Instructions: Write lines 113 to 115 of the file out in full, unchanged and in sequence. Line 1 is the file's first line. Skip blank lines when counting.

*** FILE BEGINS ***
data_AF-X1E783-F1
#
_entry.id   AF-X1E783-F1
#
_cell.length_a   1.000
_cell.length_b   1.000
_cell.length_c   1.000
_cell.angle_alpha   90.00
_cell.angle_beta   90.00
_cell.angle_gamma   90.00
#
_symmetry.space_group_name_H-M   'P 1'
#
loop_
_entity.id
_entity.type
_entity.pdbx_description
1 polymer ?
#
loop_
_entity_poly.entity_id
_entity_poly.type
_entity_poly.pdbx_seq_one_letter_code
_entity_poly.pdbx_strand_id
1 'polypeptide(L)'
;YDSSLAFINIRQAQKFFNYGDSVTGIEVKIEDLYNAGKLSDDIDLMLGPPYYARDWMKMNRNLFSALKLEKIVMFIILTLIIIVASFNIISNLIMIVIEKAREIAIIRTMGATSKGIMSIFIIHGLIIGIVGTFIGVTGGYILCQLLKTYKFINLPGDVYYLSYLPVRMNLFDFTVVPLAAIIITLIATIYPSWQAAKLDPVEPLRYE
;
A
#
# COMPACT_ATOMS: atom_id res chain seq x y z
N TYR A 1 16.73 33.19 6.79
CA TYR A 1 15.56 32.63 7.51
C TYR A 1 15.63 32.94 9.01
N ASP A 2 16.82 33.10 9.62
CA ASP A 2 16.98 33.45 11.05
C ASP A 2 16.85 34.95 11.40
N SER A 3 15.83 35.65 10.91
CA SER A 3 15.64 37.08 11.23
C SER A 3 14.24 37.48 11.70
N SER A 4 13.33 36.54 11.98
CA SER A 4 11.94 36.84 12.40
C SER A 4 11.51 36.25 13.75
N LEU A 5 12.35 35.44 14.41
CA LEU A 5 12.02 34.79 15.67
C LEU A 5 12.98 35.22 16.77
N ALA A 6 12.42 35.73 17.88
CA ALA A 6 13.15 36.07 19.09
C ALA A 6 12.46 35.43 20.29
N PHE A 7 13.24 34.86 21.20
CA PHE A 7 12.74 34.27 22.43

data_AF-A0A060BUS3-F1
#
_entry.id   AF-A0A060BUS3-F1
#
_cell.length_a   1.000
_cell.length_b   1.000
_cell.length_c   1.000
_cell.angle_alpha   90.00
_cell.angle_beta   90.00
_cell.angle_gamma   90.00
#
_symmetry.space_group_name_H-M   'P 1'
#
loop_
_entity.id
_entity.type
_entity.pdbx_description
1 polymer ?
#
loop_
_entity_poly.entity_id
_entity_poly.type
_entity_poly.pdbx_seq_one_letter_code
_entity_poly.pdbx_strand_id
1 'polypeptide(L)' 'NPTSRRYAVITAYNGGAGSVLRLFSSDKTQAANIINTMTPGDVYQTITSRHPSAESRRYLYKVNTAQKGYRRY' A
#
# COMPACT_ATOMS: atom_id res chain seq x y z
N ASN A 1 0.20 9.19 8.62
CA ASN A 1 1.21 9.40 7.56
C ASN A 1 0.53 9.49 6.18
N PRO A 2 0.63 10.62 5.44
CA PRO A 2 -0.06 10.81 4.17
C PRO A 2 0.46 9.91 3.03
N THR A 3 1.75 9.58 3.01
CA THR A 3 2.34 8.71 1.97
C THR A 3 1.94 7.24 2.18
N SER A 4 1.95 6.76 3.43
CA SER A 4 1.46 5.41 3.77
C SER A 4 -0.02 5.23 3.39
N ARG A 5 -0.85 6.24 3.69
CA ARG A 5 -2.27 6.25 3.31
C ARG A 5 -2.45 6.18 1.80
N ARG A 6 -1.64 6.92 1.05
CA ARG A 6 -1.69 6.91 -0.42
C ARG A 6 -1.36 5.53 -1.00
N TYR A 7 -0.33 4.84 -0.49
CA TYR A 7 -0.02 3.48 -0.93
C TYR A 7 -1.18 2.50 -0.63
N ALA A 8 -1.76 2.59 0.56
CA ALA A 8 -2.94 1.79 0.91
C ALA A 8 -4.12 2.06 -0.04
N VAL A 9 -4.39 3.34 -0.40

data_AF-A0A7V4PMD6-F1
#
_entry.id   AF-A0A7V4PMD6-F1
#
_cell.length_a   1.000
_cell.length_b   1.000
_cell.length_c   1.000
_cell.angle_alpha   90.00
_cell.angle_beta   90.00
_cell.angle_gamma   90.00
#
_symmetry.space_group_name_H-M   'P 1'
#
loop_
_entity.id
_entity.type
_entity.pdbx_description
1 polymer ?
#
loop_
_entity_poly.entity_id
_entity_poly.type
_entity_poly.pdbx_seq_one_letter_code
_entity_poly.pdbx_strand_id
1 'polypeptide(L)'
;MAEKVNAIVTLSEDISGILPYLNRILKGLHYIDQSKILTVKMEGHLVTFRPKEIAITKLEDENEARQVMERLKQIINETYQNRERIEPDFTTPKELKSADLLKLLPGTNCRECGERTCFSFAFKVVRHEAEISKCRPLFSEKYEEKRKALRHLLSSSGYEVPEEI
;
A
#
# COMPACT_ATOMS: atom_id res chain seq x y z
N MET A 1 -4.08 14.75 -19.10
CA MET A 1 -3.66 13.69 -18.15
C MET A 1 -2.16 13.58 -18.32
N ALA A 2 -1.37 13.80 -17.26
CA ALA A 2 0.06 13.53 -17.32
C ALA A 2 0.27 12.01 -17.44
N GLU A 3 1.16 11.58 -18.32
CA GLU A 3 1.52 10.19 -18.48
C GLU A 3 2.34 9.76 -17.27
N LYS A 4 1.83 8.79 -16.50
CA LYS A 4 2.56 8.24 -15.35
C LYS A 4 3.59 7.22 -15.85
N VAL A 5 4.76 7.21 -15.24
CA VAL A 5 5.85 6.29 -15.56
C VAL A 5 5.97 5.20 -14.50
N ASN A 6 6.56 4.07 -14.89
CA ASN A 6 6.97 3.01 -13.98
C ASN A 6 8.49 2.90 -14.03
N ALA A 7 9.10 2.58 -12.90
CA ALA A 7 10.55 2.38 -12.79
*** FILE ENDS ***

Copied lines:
#
_symmetry.space_group_name_H-M   'P 1'
#